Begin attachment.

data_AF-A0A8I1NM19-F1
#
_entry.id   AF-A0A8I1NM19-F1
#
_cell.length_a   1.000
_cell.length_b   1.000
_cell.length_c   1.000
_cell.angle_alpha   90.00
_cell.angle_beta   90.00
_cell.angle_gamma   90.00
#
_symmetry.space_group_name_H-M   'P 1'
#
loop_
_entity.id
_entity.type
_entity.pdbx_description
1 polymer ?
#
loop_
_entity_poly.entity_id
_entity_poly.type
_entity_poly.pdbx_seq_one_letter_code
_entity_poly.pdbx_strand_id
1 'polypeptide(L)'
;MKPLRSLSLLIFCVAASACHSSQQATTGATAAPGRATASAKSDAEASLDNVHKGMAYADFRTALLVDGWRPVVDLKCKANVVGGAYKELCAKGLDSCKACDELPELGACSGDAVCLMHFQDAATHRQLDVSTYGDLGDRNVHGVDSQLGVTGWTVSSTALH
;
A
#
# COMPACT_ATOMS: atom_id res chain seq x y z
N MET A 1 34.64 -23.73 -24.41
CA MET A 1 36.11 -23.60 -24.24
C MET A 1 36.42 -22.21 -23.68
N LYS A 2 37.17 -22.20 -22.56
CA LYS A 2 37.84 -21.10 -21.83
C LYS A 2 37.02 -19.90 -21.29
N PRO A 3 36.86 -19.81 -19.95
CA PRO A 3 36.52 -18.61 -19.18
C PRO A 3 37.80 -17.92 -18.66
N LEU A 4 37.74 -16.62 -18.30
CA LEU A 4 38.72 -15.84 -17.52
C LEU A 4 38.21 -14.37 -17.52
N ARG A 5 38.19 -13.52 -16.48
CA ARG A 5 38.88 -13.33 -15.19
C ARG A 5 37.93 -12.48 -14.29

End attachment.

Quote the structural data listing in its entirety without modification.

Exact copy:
data_AF-A0A8I1NM19-F1
#
_entry.id   AF-A0A8I1NM19-F1
#
_cell.length_a   1.000
_cell.length_b   1.000
_cell.length_c   1.000
_cell.angle_alpha   90.00
_cell.angle_beta   90.00
_cell.angle_gamma   90.00
#
_symmetry.space_group_name_H-M   'P 1'
#
loop_
_entity.id
_entity.type
_entity.pdbx_description
1 polymer ?
#
loop_
_entity_poly.entity_id
_entity_poly.type
_entity_poly.pdbx_seq_one_letter_code
_entity_poly.pdbx_strand_id
1 'polypeptide(L)'
;MKPLRSLSLLIFCVAASACHSSQQATTGATAAPGRATASAKSDAEASLDNVHKGMAYADFRTALLVDGWRPVVDLKCKANVVGGAYKELCAKGLDSCKACDELPELGACSGDAVCLMHFQDAATHRQLDVSTYGDLGDRNVHGVDSQLGVTGWTVSSTALH
;
A
#
# COMPACT_ATOMS: atom_id res chain seq x y z
N MET A 1 34.64 -23.73 -24.41
CA MET A 1 36.11 -23.60 -24.24
C MET A 1 36.42 -22.21 -23.68
N LYS A 2 37.17 -22.20 -22.56
CA LYS A 2 37.84 -21.10 -21.83
C LYS A 2 37.02 -19.90 -21.29
N PRO A 3 36.86 -19.81 -19.95
CA PRO A 3 36.52 -18.61 -19.18
C PRO A 3 37.80 -17.92 -18.66
N LEU A 4 37.74 -16.62 -18.30
CA LEU A 4 38.72 -15.84 -17.52
C LEU A 4 38.21 -14.37 -17.52
N ARG A 5 38.19 -13.52 -16.48
CA ARG A 5 38.88 -13.33 -15.19
C ARG A 5 37.93 -12.48 -14.29